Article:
Ethernet Debugger 1 is the sender, Ethernet Debugger 2 is the receiver. The sender generates packets that get sent out of port A and B at the same time. DUT is expected to propagate the packet unchanged to the receiver. The receiver measures the difference in arrival time between port A and B.
The Latency Tester feature takes care of generating/sending the packets and analyzing them on the receiver side. It writes the computed delay time to a text file. The packets use a (hopefully) unused EtherType (0xBEEF). The feature as currently implemented can test at most Layer 2 devices (like ethernet switches). Testing devices that operate on a higher layer (such as IP routers) are not supported, as that would require implementing parts of ARP and IP (though it's theoretically possible).
Connect the devices as in the diagram above. On the PC, open two "nose" instances, one for the sender, one for the receiver. Use the device_list command to confirm whether the correct device is opened (change it with the device_open command). Then run the latency_tester_sender command on the sender instance, and latency_tester_receiver on the receiver instance. By default the sender starts sending continuously with 1 packet per 1 ms, with a test sequence that lasts 10 seconds. The receiver ignores the packets until a start packet is detected, and then logs the status every 10 packets (it logs the delay for only the 10th packet, use file output to retrieve all data points).
If continuous sending is not desired, you can also just run "latency_tester_sender --once".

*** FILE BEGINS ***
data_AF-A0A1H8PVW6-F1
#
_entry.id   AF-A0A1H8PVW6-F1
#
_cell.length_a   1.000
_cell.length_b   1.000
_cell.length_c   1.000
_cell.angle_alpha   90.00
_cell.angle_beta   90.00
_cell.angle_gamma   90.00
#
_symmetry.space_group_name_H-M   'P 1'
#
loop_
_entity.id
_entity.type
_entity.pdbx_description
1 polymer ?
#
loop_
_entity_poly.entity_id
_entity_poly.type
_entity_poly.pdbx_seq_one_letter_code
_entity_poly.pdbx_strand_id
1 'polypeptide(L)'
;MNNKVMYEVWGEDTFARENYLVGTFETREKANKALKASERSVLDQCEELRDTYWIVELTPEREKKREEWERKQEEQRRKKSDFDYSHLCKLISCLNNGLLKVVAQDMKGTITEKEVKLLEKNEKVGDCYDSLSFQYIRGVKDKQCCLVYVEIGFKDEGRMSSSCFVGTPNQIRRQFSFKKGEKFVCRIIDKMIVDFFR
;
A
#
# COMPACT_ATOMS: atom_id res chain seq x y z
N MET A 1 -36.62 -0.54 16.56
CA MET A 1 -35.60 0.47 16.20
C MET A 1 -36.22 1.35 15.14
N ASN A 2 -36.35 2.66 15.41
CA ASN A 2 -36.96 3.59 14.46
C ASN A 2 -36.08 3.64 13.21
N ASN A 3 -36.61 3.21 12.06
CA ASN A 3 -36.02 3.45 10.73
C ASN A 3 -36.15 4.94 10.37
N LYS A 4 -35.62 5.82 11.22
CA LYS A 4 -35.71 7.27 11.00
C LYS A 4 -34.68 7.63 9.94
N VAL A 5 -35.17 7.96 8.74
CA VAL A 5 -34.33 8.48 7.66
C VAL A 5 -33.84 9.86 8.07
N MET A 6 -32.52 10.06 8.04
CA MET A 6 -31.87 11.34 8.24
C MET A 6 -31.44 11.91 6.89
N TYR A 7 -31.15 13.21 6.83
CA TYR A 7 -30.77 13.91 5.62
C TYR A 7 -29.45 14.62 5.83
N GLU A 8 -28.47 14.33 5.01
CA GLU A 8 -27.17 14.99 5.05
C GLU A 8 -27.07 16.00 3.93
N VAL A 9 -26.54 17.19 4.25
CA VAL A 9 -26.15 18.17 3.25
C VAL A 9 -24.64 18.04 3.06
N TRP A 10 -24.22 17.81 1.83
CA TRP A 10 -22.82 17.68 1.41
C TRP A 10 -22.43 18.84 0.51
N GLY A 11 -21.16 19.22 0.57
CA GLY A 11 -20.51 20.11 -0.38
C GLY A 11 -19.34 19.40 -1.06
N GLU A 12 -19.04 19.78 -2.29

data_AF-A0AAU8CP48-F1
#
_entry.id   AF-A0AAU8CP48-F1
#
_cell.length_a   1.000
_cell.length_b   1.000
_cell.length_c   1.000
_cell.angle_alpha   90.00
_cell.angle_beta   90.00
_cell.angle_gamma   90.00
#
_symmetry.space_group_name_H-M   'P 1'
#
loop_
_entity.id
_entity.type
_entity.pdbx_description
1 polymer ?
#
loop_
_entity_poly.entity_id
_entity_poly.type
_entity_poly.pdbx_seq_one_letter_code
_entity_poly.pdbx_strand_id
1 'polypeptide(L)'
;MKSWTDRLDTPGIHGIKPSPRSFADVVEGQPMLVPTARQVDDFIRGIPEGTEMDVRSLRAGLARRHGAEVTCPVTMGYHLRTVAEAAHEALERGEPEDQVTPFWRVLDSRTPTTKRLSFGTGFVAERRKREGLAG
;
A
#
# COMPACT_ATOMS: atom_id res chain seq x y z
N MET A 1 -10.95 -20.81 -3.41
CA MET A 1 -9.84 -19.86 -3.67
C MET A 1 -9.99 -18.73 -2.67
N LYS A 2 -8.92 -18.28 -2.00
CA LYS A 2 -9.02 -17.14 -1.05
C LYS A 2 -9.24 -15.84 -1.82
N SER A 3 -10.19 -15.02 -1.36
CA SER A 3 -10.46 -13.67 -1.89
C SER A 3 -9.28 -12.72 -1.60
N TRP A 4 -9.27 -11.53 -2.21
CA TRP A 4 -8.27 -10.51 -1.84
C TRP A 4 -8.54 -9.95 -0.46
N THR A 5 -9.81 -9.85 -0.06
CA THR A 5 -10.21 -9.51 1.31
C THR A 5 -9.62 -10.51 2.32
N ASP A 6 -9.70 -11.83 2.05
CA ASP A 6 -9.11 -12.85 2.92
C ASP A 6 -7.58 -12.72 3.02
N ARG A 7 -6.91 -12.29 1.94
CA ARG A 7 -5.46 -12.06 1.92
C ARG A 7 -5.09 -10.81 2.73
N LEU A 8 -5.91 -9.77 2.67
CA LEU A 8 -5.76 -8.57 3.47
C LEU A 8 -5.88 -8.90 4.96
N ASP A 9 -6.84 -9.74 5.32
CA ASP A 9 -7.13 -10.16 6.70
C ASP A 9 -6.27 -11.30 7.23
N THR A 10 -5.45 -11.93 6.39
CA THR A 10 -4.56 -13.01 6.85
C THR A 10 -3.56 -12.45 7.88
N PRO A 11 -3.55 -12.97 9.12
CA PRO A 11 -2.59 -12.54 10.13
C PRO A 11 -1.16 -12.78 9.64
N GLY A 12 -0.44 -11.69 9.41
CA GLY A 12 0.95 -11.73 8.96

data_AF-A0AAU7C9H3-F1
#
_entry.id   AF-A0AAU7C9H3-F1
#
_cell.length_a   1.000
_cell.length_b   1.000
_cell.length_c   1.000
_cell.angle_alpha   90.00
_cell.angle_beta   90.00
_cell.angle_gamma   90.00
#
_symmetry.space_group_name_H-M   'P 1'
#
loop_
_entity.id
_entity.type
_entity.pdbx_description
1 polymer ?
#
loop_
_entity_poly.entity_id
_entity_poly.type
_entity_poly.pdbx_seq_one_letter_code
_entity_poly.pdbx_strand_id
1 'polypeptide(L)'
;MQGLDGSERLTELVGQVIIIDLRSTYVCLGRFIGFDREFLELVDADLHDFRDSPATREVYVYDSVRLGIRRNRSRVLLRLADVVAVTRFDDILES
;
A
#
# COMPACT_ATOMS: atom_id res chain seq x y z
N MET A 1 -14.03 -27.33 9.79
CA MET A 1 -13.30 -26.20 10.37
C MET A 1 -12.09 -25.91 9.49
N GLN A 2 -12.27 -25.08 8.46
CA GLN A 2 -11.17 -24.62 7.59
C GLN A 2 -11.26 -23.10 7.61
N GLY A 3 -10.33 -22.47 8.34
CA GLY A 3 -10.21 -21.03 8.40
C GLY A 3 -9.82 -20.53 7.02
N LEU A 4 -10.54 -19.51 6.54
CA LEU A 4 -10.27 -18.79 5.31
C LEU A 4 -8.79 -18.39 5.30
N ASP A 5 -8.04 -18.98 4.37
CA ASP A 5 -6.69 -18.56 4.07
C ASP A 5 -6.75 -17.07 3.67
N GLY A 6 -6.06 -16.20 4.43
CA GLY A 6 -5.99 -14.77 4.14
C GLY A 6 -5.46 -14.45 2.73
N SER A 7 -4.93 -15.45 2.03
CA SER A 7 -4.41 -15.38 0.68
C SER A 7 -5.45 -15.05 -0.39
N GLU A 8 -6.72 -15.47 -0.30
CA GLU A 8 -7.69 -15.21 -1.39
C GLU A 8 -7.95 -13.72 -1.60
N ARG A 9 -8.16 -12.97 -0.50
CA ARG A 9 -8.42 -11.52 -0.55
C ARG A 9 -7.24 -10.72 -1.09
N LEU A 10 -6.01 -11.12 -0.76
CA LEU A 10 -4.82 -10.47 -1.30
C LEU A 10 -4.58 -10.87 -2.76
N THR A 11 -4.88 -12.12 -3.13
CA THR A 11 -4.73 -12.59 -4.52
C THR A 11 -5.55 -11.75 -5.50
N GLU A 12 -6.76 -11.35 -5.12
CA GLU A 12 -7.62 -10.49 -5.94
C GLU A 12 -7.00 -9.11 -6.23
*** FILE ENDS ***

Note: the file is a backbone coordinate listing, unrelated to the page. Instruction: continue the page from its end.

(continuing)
The output gives you an idea whether it actually works. Actual data should be retrieved by using file output. File output can be used with for example:
You may want to use an absolute path here (perhaps using drag & drop from a file manager to get the path) if the concept of working directories is too uncomfortable.
The file is opened when a sequence starts, and closed when it ends. If the file already exists when a sequence starts, the file is not overwritten. Instead, the sequence is skipped repeatedly until the file is deleted or moved by the user. Example:
The file mydata.txt was deleted shortly after the receiver was started. The file was then created again and opened for writing. The host program picked up the next sequence of test packets and wrote them to mydata.txt. The sequences after that are skipped because mydata.txt still exists. (It will log two skip messages per sequence, because it encounters a first packet from both paths.) The idea behind this behavior is that tests can be repeated without much interaction, simply by renaming the output file (maybe giving it a more descriptive name), without the danger of accidentally overwriting files.
The output file simply contains the differences in receive timestamps in nanoseconds, with 10 ns resolution:
These differences should be roughly equivalent to the latency the DUT incurs on ethernet. The values are positive if the latency values on port A are higher than on port b.
See the "PTP Timestamps" section for details on the quality of the timestamps.